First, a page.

A New Cardiac Channelopathy: From Clinical Phenotypes to Molecular Mechanisms Associated With Nav 1.5 Gating Pores

Frontiers in Cardiovascular Medicine
Adrien Moreau, Mohamed Chahine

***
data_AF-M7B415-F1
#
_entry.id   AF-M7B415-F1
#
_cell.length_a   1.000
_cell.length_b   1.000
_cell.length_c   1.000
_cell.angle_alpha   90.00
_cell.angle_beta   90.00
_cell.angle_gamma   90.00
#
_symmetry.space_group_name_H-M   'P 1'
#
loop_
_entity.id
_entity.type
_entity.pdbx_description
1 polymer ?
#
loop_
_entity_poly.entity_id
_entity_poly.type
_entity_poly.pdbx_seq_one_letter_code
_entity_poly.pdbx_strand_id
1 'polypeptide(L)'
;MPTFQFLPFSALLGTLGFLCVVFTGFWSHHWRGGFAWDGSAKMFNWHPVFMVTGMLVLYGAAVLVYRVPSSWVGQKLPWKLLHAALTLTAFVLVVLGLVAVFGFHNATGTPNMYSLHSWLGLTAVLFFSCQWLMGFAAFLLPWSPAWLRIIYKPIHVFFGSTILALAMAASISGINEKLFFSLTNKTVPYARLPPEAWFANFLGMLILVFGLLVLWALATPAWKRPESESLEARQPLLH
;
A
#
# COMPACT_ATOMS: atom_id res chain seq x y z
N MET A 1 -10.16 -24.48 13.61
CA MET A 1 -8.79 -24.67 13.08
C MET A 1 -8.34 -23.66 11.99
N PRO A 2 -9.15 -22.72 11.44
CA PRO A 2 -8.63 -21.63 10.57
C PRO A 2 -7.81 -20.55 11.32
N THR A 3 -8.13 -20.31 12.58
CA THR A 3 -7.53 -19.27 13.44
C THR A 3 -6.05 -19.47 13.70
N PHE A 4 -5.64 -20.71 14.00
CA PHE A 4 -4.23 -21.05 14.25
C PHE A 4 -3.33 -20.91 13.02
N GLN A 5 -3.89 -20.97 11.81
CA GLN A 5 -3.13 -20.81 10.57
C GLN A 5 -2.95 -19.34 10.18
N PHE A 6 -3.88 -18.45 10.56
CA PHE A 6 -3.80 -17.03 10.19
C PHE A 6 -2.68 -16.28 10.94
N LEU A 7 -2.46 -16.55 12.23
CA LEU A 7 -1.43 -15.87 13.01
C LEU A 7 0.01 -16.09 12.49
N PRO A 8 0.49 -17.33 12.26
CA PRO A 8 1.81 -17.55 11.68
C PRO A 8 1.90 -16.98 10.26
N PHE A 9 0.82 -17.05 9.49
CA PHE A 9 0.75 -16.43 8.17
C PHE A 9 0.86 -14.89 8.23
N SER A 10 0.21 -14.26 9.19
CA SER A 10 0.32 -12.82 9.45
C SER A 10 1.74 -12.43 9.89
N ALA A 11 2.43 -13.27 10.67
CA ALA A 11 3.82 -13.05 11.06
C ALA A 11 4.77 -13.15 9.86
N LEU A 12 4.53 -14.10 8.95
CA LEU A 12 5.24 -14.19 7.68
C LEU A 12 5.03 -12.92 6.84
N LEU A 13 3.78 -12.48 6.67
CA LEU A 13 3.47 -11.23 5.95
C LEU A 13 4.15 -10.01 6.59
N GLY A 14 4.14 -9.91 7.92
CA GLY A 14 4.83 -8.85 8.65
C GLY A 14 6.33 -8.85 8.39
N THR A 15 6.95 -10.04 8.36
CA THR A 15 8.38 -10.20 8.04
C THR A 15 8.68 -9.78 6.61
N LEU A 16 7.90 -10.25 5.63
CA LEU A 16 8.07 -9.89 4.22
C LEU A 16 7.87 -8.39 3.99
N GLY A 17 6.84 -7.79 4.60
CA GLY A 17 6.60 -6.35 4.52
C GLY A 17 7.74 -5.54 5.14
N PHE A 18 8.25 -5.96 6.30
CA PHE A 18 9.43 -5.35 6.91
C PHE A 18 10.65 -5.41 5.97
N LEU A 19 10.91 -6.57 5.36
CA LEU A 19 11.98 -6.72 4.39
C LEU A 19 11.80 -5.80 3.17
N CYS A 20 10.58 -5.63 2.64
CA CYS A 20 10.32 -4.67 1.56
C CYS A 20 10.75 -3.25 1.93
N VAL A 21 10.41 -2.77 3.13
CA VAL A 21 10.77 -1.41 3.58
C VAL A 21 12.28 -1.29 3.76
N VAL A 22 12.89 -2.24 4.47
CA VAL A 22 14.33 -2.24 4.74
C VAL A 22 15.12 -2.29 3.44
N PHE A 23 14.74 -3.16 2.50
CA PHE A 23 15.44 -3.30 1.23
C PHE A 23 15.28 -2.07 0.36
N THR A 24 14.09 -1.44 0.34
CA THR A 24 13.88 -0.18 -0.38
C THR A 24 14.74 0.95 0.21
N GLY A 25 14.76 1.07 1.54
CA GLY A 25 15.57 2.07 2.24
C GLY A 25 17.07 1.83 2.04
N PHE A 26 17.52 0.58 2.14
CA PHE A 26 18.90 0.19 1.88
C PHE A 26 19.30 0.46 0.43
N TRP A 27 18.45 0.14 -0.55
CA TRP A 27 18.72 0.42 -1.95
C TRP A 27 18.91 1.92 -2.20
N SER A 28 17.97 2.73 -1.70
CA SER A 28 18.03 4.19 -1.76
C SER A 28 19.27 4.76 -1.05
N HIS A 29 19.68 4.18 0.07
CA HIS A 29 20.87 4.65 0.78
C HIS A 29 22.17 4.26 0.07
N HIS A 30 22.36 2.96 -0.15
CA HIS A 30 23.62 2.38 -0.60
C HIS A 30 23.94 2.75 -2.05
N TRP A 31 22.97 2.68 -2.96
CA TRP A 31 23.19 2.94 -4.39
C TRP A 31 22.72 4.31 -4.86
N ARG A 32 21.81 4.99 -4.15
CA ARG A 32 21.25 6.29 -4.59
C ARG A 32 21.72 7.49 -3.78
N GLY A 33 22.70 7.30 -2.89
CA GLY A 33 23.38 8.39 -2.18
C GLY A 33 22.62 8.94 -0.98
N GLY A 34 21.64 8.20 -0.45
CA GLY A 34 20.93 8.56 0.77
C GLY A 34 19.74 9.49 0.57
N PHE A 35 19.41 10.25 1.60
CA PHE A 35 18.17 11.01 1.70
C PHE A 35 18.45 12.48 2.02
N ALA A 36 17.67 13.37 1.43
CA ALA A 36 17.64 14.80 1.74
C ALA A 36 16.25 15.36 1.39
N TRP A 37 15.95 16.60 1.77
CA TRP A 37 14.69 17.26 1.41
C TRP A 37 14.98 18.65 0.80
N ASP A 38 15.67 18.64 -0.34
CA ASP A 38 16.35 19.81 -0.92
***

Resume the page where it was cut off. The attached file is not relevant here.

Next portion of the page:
Voltage gated sodium channels (NaV) are broadly expressed in the human body. They are responsible for the initiation of action potentials in excitable cells. They also underlie several physiological processes such as cognitive, sensitive, motor, and cardiac functions. The NaV1.5 channel is the main NaV expressed in the heart. A dysfunction of this channel is usually associated with the development of pure electrical disorders such as long QT syndrome, Brugada syndrome, sinus node dysfunction, atrial fibrillation, and cardiac conduction disorders. However, mutations of Nav1.5 have recently been linked to the development of an atypical clinical entity combining complex arrhythmias and dilated cardiomyopathy. Although several Nav1.5 mutations have been linked to dilated cardiomyopathy phenotypes, their pathogenic mechanisms remain to be elucidated. The gating pore may constitute a common biophysical defect for all NaV1.5 mutations located in the channel's VSDs. The creation of such a gating pore may disrupt the ionic homeostasis of cardiomyocytes, affecting electrical signals, cell morphology, and cardiac myocyte function. The main objective of this article is to review the concept of gating pores and their role in structural hear...Continue Reading


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